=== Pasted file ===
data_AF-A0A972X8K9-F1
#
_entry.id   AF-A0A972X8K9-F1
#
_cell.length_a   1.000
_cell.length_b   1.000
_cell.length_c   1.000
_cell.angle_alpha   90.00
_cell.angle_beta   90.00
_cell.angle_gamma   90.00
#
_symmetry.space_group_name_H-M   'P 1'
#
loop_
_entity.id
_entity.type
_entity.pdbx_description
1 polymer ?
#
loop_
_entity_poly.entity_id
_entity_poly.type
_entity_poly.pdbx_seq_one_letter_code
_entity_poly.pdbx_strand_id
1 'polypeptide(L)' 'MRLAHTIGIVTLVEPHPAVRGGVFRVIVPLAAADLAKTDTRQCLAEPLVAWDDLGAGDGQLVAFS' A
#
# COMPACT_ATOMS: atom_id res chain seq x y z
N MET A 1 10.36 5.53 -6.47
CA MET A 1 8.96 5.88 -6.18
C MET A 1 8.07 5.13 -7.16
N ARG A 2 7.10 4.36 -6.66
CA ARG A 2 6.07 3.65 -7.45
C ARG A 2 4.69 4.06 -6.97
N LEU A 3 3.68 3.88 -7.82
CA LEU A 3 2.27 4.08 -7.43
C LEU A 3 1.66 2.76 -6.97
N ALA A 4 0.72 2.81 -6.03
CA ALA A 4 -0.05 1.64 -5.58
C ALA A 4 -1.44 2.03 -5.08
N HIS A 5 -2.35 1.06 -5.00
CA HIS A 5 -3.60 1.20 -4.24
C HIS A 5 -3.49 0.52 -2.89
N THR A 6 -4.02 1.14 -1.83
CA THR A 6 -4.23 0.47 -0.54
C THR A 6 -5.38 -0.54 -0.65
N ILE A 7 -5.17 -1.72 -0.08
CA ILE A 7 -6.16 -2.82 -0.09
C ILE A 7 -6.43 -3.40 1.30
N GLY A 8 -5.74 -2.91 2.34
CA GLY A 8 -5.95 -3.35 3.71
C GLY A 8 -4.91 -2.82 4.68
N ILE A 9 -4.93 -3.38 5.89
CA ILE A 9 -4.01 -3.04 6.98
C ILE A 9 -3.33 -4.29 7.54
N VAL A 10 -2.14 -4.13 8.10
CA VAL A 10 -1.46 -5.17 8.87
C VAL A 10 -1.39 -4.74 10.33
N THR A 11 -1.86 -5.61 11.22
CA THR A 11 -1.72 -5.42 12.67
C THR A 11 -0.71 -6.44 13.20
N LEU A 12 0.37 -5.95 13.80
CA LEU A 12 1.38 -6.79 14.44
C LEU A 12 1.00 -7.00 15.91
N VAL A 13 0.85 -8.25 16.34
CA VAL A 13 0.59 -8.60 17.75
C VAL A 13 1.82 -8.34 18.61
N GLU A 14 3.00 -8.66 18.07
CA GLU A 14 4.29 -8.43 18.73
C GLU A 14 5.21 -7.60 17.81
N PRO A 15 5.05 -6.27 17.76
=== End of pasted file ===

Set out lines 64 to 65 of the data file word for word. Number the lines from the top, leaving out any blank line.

N VAL A 13 0.85 -8.25 16.34
CA VAL A 13 0.59 -8.60 17.75